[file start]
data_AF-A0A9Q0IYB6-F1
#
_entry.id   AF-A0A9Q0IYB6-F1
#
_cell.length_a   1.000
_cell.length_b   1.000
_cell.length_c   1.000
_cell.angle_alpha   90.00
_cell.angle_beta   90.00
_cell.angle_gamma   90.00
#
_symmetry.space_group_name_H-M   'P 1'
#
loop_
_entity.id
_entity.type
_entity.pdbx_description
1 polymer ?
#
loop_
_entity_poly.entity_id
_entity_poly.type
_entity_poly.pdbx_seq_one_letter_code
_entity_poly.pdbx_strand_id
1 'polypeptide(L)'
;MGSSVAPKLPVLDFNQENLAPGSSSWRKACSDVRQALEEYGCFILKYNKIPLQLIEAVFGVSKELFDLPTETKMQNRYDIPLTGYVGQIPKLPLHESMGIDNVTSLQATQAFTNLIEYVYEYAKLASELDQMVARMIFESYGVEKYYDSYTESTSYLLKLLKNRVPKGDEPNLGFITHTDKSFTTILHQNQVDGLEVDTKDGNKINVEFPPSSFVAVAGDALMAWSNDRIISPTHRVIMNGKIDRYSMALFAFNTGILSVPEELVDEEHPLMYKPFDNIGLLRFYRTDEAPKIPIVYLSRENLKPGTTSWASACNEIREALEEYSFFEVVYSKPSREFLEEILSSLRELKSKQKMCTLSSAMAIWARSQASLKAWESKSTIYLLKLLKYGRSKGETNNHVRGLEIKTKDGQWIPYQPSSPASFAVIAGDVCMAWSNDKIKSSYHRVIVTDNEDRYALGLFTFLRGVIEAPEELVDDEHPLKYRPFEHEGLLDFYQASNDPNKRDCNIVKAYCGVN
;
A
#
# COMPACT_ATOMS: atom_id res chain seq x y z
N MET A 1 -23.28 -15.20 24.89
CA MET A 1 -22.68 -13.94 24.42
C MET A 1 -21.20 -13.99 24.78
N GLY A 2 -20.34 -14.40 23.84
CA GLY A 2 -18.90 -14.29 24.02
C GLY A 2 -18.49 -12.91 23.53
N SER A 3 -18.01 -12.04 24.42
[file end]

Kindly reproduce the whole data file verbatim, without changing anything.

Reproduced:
data_AF-A0A9Q0IYB6-F1
#
_entry.id   AF-A0A9Q0IYB6-F1
#
_cell.length_a   1.000
_cell.length_b   1.000
_cell.length_c   1.000
_cell.angle_alpha   90.00
_cell.angle_beta   90.00
_cell.angle_gamma   90.00
#
_symmetry.space_group_name_H-M   'P 1'
#
loop_
_entity.id
_entity.type
_entity.pdbx_description
1 polymer ?
#
loop_
_entity_poly.entity_id
_entity_poly.type
_entity_poly.pdbx_seq_one_letter_code
_entity_poly.pdbx_strand_id
1 'polypeptide(L)'
;MGSSVAPKLPVLDFNQENLAPGSSSWRKACSDVRQALEEYGCFILKYNKIPLQLIEAVFGVSKELFDLPTETKMQNRYDIPLTGYVGQIPKLPLHESMGIDNVTSLQATQAFTNLIEYVYEYAKLASELDQMVARMIFESYGVEKYYDSYTESTSYLLKLLKNRVPKGDEPNLGFITHTDKSFTTILHQNQVDGLEVDTKDGNKINVEFPPSSFVAVAGDALMAWSNDRIISPTHRVIMNGKIDRYSMALFAFNTGILSVPEELVDEEHPLMYKPFDNIGLLRFYRTDEAPKIPIVYLSRENLKPGTTSWASACNEIREALEEYSFFEVVYSKPSREFLEEILSSLRELKSKQKMCTLSSAMAIWARSQASLKAWESKSTIYLLKLLKYGRSKGETNNHVRGLEIKTKDGQWIPYQPSSPASFAVIAGDVCMAWSNDKIKSSYHRVIVTDNEDRYALGLFTFLRGVIEAPEELVDDEHPLKYRPFEHEGLLDFYQASNDPNKRDCNIVKAYCGVN
;
A
#
# COMPACT_ATOMS: atom_id res chain seq x y z
N MET A 1 -23.28 -15.20 24.89
CA MET A 1 -22.68 -13.94 24.42
C MET A 1 -21.20 -13.99 24.78
N GLY A 2 -20.34 -14.40 23.84
CA GLY A 2 -18.90 -14.29 24.02
C GLY A 2 -18.49 -12.91 23.53
N SER A 3 -18.01 -12.04 24.42